ART, Feature Story

An Artsy Valentine’s Day

An Artsy, Detroit Valentine’s Day at the Detroit Institute of Arts: Viewing the art exhibit “Detroit Collects: Selections of African American Art from Private Collections”.

February 14, 2020


African American Art Exhibit at the Detroit Institute of Arts
African American Art: "Mother and Child" (1965) by Charles McGee
“Mother and Child” (1965) by Charles McGee

“Were we born in Africa?” she asked me as she peered at a collage art piece depicting what appeared to be three women standing on an African coast.

I looked at my daughter Zhen and then followed her gaze to the artwork– “Ancestors by the Water’s Edge” (1989) by artist Brenda Dendy Stroud. It was a profound question for my seven-year-old to ask for a couple of reasons:

1) Zhen remembered I had introduced her to the name of our culture– African American. Over the past couple of years, I had made it a point to have ongoing conversations with her about being African American and various aspects of our culture– from our first celebration of Kwanzaa to reading many African American children’s books. And yes, even attending African American events in the city.

2) Without even reading the title of Stroud’s artwork, Zhen could tell by the art piece that the setting took place in a region of Africa.

African American Art: "Ancestors by the Water's Edge" (1989) by artist Brenda Dendy Stroud
“Ancestors by the Water’s Edge” (1989) by artist Brenda Dendy Stroud
Detroit Valentine's Day at the Detroit Institute of Arts

“No, we weren’t born in Africa,” I smile answering Zhen’s question. “We were born here in America, but because our culture is from Africa, that’s why we’re called African American.”

I could have explained that a little better, I thought to myself. Because Zhen’s facial expression told me she was a little confused by my response.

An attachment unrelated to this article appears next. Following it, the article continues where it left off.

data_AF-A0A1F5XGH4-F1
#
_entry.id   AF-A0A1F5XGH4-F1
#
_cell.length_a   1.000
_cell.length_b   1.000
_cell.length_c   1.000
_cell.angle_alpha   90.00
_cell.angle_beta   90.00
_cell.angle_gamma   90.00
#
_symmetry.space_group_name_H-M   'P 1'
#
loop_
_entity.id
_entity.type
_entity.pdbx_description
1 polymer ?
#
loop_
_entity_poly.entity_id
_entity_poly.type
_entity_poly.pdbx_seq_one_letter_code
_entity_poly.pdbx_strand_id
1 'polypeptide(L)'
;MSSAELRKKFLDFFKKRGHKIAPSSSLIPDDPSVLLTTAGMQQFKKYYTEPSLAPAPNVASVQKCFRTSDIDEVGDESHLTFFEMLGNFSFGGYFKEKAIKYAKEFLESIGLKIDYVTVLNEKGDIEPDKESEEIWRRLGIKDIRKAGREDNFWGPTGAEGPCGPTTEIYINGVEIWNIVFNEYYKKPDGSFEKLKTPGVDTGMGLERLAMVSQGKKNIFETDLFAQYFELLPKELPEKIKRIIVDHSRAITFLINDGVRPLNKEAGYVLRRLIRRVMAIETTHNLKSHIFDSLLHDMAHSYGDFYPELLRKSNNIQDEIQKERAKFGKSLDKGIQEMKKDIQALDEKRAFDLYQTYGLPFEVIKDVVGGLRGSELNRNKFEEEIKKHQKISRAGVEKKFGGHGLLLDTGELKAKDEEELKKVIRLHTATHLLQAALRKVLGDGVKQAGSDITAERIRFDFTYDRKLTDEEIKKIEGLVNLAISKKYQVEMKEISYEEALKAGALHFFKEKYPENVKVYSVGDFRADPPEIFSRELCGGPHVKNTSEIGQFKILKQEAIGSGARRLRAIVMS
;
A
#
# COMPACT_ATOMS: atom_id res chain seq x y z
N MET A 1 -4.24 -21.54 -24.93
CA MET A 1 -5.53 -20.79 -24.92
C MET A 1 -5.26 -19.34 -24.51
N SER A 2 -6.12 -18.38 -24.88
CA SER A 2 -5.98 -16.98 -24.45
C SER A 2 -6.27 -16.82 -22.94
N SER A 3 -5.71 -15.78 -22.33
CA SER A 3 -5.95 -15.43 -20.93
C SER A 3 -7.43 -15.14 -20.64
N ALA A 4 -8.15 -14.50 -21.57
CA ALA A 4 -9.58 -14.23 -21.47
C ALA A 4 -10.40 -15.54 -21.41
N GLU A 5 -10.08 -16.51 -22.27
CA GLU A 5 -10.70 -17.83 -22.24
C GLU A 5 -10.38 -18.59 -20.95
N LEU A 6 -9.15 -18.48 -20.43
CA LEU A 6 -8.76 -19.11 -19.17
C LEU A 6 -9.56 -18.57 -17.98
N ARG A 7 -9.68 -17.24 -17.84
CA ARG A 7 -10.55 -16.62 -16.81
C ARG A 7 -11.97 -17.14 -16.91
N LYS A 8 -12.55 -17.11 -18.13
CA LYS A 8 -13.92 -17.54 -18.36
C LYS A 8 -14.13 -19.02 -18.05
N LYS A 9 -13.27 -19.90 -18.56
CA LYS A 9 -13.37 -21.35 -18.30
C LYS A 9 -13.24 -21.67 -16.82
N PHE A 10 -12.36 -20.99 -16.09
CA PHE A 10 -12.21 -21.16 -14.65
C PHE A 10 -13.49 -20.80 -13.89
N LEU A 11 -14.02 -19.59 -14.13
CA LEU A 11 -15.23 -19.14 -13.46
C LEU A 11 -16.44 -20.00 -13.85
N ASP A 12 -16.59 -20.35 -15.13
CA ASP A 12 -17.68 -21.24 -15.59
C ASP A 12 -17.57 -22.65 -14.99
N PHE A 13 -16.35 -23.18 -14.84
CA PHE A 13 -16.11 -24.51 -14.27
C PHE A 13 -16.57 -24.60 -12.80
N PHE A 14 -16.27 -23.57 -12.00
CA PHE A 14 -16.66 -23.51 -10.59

Later that evening, Michala (my oldest daughter) and I explained to Zhen what African American and the term “ancestors” means, which ironically went perfectly with Stroud’s “Ancestors by the Water’s Edge”.

African American Art: Officer of the Hussars by Kehinde Wiley
“Officer of the Hussars” (2007) by Kehinde Wiley
An artsy, Detroit Valentine's Day viewing African American art at the Detroit Institute of Arts.

Our artsy, Detroit Valentine’s Day at the Detroit Institute of Arts (DIA) wasn’t planned. It was a spontaneous idea that I had just so happened to have come across while Googling the DIA’s Friday hours.

I wanted to find a budget-friendly way to go out and celebrate Valentine’s with the family. I had remembered in the summertime the DIA had kept late hours on Fridays, but I wasn’t sure if it was still a thing in the wintertime.

After confirming the art institute would be open until 10 P.M., I checked the schedule for the evening events. That’s when I found #HeartsForArts, a special Valentine’s activity, and the “Detroit Collects: Selections of African American Art from Private Collection”.

Perfect!

African American Art: "The Accusation" (1964) by Bob Thompson
“The Accusation” (1964) by Bob Thompson
African American Art: "The Hero" (1960) by Leroy Foster
“The Hero” (1960) by Leroy Foster

That Valentine’s Day, I also learned #HeartsForArt is a special project many museums across the country take part in. The way it worked was you had to get foam, red hearts at the check-in desk at the museum’s entrance. When you discovered an art piece you loved, then you placed a heart on the floor in front of the art.

I honestly thought the kids would like the Valentine’s activity for about 30 minutes. But they really surprised Travis and I because Zhen, Zechariah, and Zephaniah not only LOVED #HeartsForArt, but they wanted to do it during our entire visit!